[q1]>[/q1]

I'd rather have judges that were pragmatically interested in the *Commonwealth* and not in the law
as a game of semantics.

Our judges represent the Queen remember, when they sit on the bench it is no accident that it
resembles a throne and is above the heads of all overs.

Elect them, but make it for a decent tenure of 10 or 15 years.

And on another tack, I'd rather have the old Lords back rather then the closed list system for the
few we will be able to elect.

--
`p
Martin
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#50
SLieber24 <[email protected]> wrote in message
news:[email protected]...
[q1]> In article <[email protected] k>, "martin" <[email protected] k> writes:[/q1]
[q1]>[/q1]
[q2]> >[/q2]
[q2]> >They don't resign - they call a general election. They remain in power until the result is known.[/q2]
[q2]> >Then, if they lose, they move out immediately. None of this hanging round for 2 months removing[/q2]
[q2]> >the W's from keyboards!![/q2]
[q1]>[/q1]
[q1]> They do resign.[/q1]
No - the PM asks (and will always get) the monarch's "royal prerogative" to dissolve parliament
(unless it's gone full 5 year term, in which case dissolved automatically).

You need to distinguish between the legislature and the executive. The former vanish to their
constituencies to seek re-election, but the latter (in addition) retain their exec responsibilities
(+ salary, cars etc).

[q1]> According to my learned friend - more learned than what most here are spouting[/q1]

Careful - you've just found someone called Colin to explain something about UK parliamentary system.
That doesn't mean posters here don't know what they're talking about - or don't know anything about
the US system.

[q1]> Colin said that it is quite rare that they wait the full five years[/q1]

Attlee 1950; Home 1964; Callaghan 1979; Major 1997; That's four out of the 9 post-war PM's
(excluding Blair - too soon to know in his case). Not "quite rare", tell Colin. Incidentally, all
lost the general election, except Attlee who struggled on without a working maj. for a year or so,
and then lost.

Never thought about this before, but it's interesting to note that (apart from Attlee) all the above
became PM when incumbent resigned. Only Major ever led his party to a Gen Election victory.

[q1]> We have an election every 2 years. It's only the presidential election[/q1]
that is
[q1]> every 4 years - not at all the same thing and most certainly not a[/q1]
comparision
[q1]> to yours. We don't elect all our congressmen at the same time, as you do[/q1]
with
[q1]> your parliament. The House of Reps is every 2 years, the Senate every 6, presidential every 4.[/q1]

Yes, I do know that. But it means that (unlike UK) the majority wish of the "people" is never
reflected at any point in time. It may avoid wild swings, but I question its efficacy if you want a
(reasonably) united team to run UK plc.

[q1]> Erm....again, from someone who understands how these things work - if it's[/q1]
a
[q1]> "white paper," it's as good as law. Have you had any situation where a[/q1]
white
[q1]> paper was not enacted?[/q1]

No - but it gets modified at the various stages (1st and 2nd readings, committee etc) and recently
you've seen examples of government (the executive) accepting alterations to get a bill throught
the Lords.

[q2]> >In USA, it always involves bribes and promises to state senators / congressmen[/q2]
[q1]>[/q1]
[q1]> As here.[/q1]

Not generally (AFAIK) - just a question of the whips keeping the lobby fodder in line.

--
Martin
c.c. Colin ;-)

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Martin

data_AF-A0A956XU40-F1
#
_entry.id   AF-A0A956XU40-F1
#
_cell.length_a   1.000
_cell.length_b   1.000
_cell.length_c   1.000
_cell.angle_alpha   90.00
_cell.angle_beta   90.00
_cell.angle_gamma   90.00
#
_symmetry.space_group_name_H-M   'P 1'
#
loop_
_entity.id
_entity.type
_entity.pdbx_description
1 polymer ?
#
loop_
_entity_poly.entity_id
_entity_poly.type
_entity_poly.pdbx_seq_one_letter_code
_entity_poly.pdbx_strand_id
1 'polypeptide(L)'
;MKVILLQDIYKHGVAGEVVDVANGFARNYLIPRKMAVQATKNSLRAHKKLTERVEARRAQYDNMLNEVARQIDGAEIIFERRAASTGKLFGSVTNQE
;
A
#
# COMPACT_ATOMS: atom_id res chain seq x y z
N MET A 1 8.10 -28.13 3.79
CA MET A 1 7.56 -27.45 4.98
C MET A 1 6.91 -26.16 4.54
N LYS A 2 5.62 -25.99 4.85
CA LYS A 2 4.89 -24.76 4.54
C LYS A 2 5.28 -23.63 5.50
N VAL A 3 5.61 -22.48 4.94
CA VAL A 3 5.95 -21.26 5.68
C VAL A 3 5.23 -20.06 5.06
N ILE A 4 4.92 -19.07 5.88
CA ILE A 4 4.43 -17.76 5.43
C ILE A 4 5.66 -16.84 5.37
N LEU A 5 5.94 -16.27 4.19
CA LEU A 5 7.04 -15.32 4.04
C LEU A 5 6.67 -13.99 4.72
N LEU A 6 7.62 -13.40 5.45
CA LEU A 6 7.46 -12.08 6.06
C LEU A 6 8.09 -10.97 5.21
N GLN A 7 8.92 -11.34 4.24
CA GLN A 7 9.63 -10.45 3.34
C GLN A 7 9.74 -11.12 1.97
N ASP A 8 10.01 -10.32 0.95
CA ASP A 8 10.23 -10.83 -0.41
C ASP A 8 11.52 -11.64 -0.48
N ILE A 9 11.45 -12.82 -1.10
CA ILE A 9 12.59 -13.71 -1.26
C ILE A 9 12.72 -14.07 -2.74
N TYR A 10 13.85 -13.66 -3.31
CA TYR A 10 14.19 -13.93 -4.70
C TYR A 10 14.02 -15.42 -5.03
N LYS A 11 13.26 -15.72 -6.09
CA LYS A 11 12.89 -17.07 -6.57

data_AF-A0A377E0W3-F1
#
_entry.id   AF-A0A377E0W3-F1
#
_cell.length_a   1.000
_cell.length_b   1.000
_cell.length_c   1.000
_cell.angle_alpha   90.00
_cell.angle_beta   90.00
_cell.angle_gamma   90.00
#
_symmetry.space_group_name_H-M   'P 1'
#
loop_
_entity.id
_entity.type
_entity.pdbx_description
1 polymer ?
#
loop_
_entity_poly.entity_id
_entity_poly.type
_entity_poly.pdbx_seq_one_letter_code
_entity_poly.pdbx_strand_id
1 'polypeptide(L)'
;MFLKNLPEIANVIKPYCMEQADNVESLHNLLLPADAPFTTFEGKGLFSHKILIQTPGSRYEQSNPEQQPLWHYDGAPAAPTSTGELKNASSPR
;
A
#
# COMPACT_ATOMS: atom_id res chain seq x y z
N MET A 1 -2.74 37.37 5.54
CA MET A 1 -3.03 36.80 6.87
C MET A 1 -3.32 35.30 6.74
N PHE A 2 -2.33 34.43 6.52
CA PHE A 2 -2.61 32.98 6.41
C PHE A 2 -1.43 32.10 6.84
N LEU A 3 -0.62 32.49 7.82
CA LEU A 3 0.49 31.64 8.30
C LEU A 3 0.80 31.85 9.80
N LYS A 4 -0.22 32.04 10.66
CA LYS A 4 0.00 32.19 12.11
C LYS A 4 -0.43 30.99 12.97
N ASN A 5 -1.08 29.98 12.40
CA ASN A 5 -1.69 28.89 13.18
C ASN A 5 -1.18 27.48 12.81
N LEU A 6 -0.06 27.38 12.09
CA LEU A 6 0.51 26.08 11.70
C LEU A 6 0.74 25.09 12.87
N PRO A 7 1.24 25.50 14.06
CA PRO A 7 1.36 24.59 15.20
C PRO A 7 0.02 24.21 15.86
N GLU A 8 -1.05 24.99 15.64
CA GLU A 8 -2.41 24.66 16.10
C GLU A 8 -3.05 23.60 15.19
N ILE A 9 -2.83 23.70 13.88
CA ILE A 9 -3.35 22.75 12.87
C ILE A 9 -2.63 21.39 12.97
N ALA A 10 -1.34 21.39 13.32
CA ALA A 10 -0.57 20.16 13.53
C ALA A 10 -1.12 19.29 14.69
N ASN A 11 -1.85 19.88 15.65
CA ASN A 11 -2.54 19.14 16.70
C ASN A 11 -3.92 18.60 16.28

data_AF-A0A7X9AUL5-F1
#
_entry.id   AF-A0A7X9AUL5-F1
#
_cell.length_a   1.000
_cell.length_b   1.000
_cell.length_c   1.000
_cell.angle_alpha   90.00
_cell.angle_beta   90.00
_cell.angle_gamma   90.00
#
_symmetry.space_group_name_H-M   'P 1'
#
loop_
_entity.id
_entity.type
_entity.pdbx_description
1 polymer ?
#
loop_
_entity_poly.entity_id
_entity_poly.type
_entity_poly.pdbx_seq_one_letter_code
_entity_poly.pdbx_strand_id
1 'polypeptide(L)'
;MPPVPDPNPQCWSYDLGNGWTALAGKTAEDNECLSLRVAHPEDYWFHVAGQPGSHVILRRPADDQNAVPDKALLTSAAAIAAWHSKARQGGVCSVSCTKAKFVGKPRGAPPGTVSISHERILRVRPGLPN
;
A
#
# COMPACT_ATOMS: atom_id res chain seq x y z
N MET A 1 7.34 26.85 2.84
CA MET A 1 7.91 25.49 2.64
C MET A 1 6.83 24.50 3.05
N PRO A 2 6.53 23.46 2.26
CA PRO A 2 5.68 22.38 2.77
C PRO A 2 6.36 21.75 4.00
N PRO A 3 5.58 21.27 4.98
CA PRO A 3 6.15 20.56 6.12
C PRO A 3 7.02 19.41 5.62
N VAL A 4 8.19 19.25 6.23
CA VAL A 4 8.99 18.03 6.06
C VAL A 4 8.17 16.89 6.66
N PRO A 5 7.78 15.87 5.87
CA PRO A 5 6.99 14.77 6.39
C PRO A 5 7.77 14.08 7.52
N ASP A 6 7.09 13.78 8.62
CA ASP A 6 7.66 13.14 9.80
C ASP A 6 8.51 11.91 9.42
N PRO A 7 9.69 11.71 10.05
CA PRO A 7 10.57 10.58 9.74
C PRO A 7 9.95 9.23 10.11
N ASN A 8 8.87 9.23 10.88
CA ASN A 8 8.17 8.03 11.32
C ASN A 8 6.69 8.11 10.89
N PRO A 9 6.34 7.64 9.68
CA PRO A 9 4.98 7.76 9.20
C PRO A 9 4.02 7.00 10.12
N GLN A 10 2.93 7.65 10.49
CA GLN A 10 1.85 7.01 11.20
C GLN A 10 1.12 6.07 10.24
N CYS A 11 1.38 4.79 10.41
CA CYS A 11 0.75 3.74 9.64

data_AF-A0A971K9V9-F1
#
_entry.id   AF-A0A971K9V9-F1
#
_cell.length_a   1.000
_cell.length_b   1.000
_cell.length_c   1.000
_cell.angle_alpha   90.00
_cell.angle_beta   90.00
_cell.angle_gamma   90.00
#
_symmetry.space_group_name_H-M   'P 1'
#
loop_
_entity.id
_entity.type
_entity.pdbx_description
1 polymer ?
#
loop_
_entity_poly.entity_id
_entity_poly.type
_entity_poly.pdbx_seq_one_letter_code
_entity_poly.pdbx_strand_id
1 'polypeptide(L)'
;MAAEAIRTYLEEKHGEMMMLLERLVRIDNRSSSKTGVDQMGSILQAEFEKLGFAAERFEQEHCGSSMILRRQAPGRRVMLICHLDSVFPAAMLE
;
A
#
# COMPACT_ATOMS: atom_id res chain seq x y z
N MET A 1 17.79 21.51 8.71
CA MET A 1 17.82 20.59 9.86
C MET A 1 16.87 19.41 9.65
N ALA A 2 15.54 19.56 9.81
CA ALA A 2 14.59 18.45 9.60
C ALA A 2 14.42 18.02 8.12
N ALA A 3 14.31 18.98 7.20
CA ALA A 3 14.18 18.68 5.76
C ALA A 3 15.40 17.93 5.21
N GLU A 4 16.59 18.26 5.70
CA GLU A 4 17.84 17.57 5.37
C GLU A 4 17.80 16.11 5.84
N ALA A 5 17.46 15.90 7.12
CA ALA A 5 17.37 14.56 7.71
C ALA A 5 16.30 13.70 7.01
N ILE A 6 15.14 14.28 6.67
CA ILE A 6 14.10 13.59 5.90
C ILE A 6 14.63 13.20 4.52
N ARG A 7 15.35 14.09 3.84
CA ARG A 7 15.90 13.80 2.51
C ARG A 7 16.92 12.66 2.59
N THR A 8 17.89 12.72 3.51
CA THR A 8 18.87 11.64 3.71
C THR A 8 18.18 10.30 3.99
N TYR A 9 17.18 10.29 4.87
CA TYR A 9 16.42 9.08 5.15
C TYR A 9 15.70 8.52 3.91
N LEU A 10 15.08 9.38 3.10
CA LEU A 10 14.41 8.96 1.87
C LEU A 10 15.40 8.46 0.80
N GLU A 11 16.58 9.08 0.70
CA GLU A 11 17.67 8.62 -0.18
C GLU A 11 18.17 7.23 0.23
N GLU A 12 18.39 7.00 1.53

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#51
SLieber24 <[email protected]> wrote in message
news:[email protected]...
[q1]> In article <[email protected] k>, "martin" <[email protected] k> writes:[/q1]
[q2]> >[/q2]
[q2]> >T'was always thus. We elect a government - and then expect them to get[/q2]
on
[q2]> >with it (max for five years). We don't (or shouldn't) expect them to to come back every five[/q2]
[q2]> >minutes for referenda or plebicites (sp?) re. colour[/q2]
of
[q2]> >coffee of cups, primary school curriculum, etc.[/q2]
[q1]>[/q1]
[q1]> They should - especially for things which sorely affect the electorate.[/q1]

Would never get anything done. And what would be left for the government to do?

A typcial consequence of allowing votes in individual issues is that the economy would be screwed
up. Everyone would vote for masive spending on public transport, more pay for nurses and teachers
(yes - them too!) but would also vote for lower taxes.

[q1]> At least we at the grass roots can keep the idiot in check. You can't keep yours in check - they[/q1]
[q1]> ride roughshod over you.[/q1]

Yes we can - the ballot box every few years.

[q1]> Say, do have an idea of when they're going to start monitoring the[/q1]
newsgroup as
[q1]> well as the emails, paper mail, etc. here?[/q1]

You'll soon know - when GTC becomes democratic and free! (trying to keep on thread :-) )

Martin

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*Ace*
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#52
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#52
Hi SLieber24,

On 12 Jun 2002 05:14:13 GMT, in uk.education.teachers SLieber24 put fingers to keyboard and tapped
away writing...

Message ID:- <[email protected] b-fq.aol.com>

[q1]> In article <iurcgucgfj7bfsahph02rjlpndhasgq [email protected]>, *Ace*[/q1]
[q1]> <[email protected]'t.btinterne t.com> writes:[/q1]
[q1]>[/q1]
[q2]> >> I must apologise to all. I asked a learned friend - who's been around[/q2]
[q2]> >longer[/q2]
[q2]> >> than probably most of you, about the way elections work here. I was given[/q2]
[q2]> >the[/q2]
[q2]> >> impression, a couple of years ago, that the PM/Parliament - e.g. the ruling party - picks its[/q2]
[q2]> >> time to resign. I was not informed, or did not notice[/q2]
[q2]> >(likely[/q2]
[q2]> >> the latter) that Parliamentary elections are every 5 years, unless the PM[/q2]
[q2]> >and[/q2]
[q2]> >> government resign earlier.[/q2]
[q2]> >[/q2]
[q2]> >[/q2]